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How to raise funds for your travel business without going to the bank

Julia Weeks, associate in the corporate team at London law firm Goodman Derrick LLP, explains how travel businesses can raise funds without going to the bank


While securing a bank loan may still make sense for some travel companies, it can be an arduous process requiring a substantial track record.


Understandably, banks are careful to only lend to businesses that are in a strong position to repay debt, and with the travel sector still decimated by the pandemic, this may not be an option for many business owners.


Fortunately, there are other alternatives. Here are some to consider.

Equity Finance


This essentially means issuing more shares in your company and is one of the main alternatives to loans from banks. The money that new investors pay for shares does not have to be repaid by the company. New shareholders will instead expect a return on their investment by way of dividends and may hope that the company is ultimately listed or that a third party offers to buy its entire share capital.

New shareholder investors may ask for a new class of share to be created, giving them preferential rights to dividends. Depending on the size of their stake they often ask for a right to appoint a director. They may also expect you to enter into a shareholders’ agreement to set out which matters require their specific written consent.

There are frequently three stages of growing your business by way of equity finance. Early on you may be seeking a business angel who will take a small stake and contribute expertise. As part of your second significant round of funding you might seek investment from venture capitalists. If your company continues to grow and you begin to anticipate a stock exchange or AIM listing, you may seek further equity finance from a private equity firm. Their minimum investment will be around the £10 million mark.

Sometimes key suppliers or major customers may be interested in taking a stake in a growing new enterprise.
The disadvantage of this type of funding is that the initial founder finds that he or she holds a smaller and smaller proportion of the share capital. Some founders have unfortunately found themselves ousted from their own start-up.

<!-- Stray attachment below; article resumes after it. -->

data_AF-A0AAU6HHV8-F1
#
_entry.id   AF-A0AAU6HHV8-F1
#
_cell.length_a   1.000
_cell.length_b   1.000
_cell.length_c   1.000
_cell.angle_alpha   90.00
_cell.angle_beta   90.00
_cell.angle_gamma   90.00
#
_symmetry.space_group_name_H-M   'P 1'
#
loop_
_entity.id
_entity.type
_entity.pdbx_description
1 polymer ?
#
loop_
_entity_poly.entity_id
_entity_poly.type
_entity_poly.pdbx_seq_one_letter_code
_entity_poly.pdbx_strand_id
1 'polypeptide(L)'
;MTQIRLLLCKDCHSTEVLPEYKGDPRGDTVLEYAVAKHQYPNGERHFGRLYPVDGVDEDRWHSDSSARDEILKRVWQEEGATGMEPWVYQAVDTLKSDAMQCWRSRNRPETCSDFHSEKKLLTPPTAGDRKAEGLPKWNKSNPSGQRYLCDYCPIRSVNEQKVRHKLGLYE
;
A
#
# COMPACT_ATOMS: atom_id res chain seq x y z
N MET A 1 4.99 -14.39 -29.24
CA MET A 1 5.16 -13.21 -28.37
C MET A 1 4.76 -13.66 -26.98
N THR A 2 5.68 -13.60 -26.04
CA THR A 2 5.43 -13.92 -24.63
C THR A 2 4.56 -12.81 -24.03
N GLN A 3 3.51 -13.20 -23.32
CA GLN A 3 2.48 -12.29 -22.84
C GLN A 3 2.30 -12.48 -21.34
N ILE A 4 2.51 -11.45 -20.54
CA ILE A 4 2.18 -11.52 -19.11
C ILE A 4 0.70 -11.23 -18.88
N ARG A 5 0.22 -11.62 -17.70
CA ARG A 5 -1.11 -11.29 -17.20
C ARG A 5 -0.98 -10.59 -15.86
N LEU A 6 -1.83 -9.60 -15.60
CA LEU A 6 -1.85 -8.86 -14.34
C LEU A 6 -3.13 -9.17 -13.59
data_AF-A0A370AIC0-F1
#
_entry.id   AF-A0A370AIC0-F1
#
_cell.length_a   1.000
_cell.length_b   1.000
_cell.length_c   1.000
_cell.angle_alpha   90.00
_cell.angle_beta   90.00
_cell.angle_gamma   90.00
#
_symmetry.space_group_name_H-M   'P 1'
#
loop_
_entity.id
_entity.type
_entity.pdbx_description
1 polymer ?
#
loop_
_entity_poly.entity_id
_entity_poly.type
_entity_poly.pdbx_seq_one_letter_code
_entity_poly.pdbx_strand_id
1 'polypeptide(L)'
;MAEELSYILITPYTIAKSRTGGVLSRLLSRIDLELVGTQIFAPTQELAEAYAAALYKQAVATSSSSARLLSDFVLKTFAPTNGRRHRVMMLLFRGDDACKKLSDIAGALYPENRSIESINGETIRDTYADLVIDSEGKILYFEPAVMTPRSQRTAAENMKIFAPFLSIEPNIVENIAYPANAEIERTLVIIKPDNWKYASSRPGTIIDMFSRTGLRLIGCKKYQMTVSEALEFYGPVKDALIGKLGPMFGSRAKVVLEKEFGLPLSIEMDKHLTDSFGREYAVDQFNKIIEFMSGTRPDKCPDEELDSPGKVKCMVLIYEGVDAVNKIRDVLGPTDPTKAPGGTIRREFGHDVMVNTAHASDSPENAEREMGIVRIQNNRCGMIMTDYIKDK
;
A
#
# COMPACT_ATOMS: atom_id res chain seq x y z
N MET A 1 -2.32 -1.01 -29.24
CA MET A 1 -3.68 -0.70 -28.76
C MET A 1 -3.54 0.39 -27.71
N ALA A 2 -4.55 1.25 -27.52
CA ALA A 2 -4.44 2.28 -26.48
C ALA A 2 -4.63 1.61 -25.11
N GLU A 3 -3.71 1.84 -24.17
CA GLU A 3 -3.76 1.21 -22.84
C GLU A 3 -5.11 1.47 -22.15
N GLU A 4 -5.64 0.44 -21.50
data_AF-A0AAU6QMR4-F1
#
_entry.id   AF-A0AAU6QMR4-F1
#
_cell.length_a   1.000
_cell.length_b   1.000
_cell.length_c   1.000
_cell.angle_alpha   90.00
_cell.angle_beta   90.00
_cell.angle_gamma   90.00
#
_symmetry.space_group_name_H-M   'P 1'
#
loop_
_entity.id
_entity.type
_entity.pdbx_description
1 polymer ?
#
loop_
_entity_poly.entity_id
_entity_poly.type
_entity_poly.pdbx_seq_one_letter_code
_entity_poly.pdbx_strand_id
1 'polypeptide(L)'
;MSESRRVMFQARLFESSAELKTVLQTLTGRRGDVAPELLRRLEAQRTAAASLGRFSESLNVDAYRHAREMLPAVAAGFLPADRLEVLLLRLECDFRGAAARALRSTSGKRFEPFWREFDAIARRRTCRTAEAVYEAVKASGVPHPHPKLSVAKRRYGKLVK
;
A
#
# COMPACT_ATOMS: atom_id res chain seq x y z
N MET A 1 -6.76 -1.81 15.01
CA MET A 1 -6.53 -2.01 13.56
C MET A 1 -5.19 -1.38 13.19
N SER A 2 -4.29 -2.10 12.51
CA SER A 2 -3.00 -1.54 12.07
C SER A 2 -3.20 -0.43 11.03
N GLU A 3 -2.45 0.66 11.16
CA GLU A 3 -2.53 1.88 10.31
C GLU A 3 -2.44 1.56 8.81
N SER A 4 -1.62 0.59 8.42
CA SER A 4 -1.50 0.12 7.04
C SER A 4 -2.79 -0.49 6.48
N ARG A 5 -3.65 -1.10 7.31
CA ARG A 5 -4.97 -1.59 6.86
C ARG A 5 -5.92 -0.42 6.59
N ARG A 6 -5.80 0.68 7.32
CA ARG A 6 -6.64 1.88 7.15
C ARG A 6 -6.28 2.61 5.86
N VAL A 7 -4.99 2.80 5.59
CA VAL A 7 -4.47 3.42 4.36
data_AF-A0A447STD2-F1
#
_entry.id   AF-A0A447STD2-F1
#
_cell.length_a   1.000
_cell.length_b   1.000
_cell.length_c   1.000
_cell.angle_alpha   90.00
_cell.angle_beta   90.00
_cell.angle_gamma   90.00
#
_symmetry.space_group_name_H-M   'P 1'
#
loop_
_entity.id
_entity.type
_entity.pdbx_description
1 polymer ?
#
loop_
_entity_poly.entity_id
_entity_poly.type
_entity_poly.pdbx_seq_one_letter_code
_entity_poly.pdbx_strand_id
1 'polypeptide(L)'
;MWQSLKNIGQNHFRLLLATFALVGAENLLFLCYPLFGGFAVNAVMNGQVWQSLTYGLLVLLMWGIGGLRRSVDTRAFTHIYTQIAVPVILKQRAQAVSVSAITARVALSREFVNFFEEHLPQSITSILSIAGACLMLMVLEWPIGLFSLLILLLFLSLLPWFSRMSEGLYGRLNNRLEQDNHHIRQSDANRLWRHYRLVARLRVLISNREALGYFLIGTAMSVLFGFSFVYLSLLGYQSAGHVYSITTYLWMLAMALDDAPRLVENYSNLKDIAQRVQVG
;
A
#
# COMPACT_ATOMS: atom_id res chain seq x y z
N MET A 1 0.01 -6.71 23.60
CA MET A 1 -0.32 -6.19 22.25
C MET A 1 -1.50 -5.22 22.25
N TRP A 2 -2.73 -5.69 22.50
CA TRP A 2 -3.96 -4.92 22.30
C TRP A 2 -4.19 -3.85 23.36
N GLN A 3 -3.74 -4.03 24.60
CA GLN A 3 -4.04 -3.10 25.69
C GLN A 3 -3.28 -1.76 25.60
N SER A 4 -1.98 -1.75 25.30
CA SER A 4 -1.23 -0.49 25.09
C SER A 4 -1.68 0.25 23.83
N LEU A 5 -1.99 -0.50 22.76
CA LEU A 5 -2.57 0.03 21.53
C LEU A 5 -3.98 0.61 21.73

Goodman Derrick LLP's Julia Weeks
Goodman Derrick LLP's Julia Weeks

Government Recovery Loan Scheme

The government has set up this scheme to help businesses of any size access loans and other kinds of finance so they can recover after the pandemic and the transition period. Up to £10 million is available per business. This scheme is currently anticipated to be available until 31 December 2021. You need to be able to show that your business would be viable if it were not for the pandemic and that it has been adversely affected by the pandemic.


For further details see:


Non-bank loan finance and equity finance can be raised through crowdfunding platforms. Loan-based crowdfunding is known as peer-to-peer lending.

The UK’s most popular crowdfunding sites include Crowdfunder, Crowdcube and Seedrs. These platforms give owners of small to medium businesses the ability to reach out directly to the public for funding.

The disadvantage of this route is that you will have a large number of unsophisticated investors who expect regular updates, creating an administrative burden on communications staff.

Merchant cash advance

Many travel businesses will receive payment from customers by way of credit card payment. Merchant cash advance finance allows companies to borrow against future revenue on a short-term basis. No interest is charged but repayment is usually due from six to nine months. Once a positive repayment history is established a company can apply for new funding.

Asset finance

Borrowing using the company’s assets as security. There are specialist asset finance businesses in the market.

Family lending

Family members are sometimes willing to make loans.


The contents of this article are for general information purposes only. The information in this article does not consider the legal framework for each type of funding or constitute legal advice and should not be relied upon as such. Specific legal advice relating to your particular circumstances should always be sought separately before taking any action.


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